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What If - On the Meaning, Epistemology and Scientific Relevance of Counterfactual Claims and Thought Experiments

What if?

Conditional and in particular counterfactual reasoning plays an important role in everyday life. It is important to know not only how things are or were, but also how they could have been and how they would be under certain circumstances. Counterfactual reasoning plays a similar role in inquiries in the natural sciences and humanities. Yet one might be concerned about the scientific standing of counterfactual reasoning. Both a satisfactory (historical) epistemology and a detailed linguistic analysis of the conditional claims used to convey counterfactual reasoning are still wanting, as is a description of the role of counterfactuals in more complex narrative and rhetorical structures such as thought experiments.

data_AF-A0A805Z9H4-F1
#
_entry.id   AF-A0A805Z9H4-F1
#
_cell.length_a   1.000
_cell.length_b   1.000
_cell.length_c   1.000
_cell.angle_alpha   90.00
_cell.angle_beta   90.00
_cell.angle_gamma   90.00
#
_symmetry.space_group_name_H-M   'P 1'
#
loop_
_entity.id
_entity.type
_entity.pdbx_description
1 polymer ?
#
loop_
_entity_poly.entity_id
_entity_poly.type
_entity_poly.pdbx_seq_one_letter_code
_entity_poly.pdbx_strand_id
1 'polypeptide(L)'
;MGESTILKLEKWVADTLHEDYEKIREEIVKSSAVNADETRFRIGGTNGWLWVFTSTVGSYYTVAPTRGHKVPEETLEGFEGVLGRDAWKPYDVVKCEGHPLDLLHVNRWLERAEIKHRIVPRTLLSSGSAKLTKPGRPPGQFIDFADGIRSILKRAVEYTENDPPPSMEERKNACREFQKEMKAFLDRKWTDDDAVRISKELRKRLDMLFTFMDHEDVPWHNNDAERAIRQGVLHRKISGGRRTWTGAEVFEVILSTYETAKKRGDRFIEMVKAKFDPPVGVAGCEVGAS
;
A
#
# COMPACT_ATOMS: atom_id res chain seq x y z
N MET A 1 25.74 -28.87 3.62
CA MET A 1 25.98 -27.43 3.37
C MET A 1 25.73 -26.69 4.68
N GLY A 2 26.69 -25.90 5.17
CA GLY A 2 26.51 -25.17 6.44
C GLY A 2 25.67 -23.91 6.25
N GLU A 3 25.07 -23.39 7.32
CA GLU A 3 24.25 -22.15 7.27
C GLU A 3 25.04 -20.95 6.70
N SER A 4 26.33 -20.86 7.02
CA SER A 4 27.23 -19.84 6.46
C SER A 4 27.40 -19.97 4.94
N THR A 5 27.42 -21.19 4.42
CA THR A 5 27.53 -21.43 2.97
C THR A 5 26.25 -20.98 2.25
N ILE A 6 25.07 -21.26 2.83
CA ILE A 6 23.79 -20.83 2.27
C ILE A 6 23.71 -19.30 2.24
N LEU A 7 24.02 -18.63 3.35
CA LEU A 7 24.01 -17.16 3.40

Counterfactual reasoning and thought experiments take a wide variety of forms in different disciplines. Our group brings together history of science, linguistics, literary studies, and philosophy to examine counterfactuals and/or thought experiments in these domains and from these various perspectives. Our work focuses on four themes:

1. The logical and linguistic form of counterfactual and other conditionals;
2. The epistemology of counterfactual thinking and thought experiments;
3. The role of counterfactual conditionals and thought experiments in different sciences and humanities;
4. Counterfactuals in fiction and narrative.